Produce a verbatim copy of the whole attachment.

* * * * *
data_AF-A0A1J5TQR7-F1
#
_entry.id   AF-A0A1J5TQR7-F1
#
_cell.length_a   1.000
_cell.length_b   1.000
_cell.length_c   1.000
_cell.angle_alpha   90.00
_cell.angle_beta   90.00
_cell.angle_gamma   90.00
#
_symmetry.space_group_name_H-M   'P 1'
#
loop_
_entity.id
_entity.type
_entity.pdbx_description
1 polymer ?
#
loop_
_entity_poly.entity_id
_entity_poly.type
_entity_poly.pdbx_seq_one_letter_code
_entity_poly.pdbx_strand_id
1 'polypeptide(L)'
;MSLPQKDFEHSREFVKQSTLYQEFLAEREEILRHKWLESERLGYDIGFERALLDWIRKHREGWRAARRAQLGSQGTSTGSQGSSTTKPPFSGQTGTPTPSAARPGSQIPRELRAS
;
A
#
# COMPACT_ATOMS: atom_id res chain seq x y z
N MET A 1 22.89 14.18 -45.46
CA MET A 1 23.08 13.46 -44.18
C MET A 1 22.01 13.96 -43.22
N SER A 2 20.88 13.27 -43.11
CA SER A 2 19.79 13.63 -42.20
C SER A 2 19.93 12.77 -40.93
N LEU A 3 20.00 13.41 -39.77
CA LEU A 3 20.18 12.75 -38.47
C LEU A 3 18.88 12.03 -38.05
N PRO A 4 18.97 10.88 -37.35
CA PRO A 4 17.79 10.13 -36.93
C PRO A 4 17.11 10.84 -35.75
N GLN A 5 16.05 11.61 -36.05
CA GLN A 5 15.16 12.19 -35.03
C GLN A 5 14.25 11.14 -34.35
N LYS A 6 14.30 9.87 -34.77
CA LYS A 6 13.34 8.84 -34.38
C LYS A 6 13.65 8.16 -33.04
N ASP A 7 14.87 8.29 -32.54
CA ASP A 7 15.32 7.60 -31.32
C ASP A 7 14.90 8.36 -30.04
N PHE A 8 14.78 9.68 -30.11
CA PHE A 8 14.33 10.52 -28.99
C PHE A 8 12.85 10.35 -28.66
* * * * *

data_AF-A0A1J5TQR7-F1
#
_entry.id   AF-A0A1J5TQR7-F1
#
_cell.length_a   1.000
_cell.length_b   1.000
_cell.length_c   1.000
_cell.angle_alpha   90.00
_cell.angle_beta   90.00
_cell.angle_gamma   90.00
#
_symmetry.space_group_name_H-M   'P 1'
#
loop_
_entity.id
_entity.type
_entity.pdbx_description
1 polymer ?
#
loop_
_entity_poly.entity_id
_entity_poly.type
_entity_poly.pdbx_seq_one_letter_code
_entity_poly.pdbx_strand_id
1 'polypeptide(L)'
;MSLPQKDFEHSREFVKQSTLYQEFLAEREEILRHKWLESERLGYDIGFERALLDWIRKHREGWRAARRAQLGSQGTSTGSQGSSTTKPPFSGQTGTPTPSAARPGSQIPRELRAS
;
A
#
# COMPACT_ATOMS: atom_id res chain seq x y z
N MET A 1 22.89 14.18 -45.46
CA MET A 1 23.08 13.46 -44.18
C MET A 1 22.01 13.96 -43.22
N SER A 2 20.88 13.27 -43.11
CA SER A 2 19.79 13.63 -42.20
C SER A 2 19.93 12.77 -40.93
N LEU A 3 20.00 13.41 -39.77
CA LEU A 3 20.18 12.75 -38.47
C LEU A 3 18.88 12.03 -38.05
N PRO A 4 18.97 10.88 -37.35
CA PRO A 4 17.79 10.13 -36.93
C PRO A 4 17.11 10.84 -35.75
N GLN A 5 16.05 11.61 -36.05
CA GLN A 5 15.16 12.19 -35.03
C GLN A 5 14.25 11.14 -34.35
N LYS A 6 14.30 9.87 -34.77
CA LYS A 6 13.34 8.84 -34.38
C LYS A 6 13.65 8.16 -33.04
N ASP A 7 14.87 8.29 -32.54
CA ASP A 7 15.32 7.60 -31.32
C ASP A 7 14.90 8.36 -30.04
N PHE A 8 14.78 9.68 -30.11
CA PHE A 8 14.33 10.52 -28.99
C PHE A 8 12.85 10.35 -28.66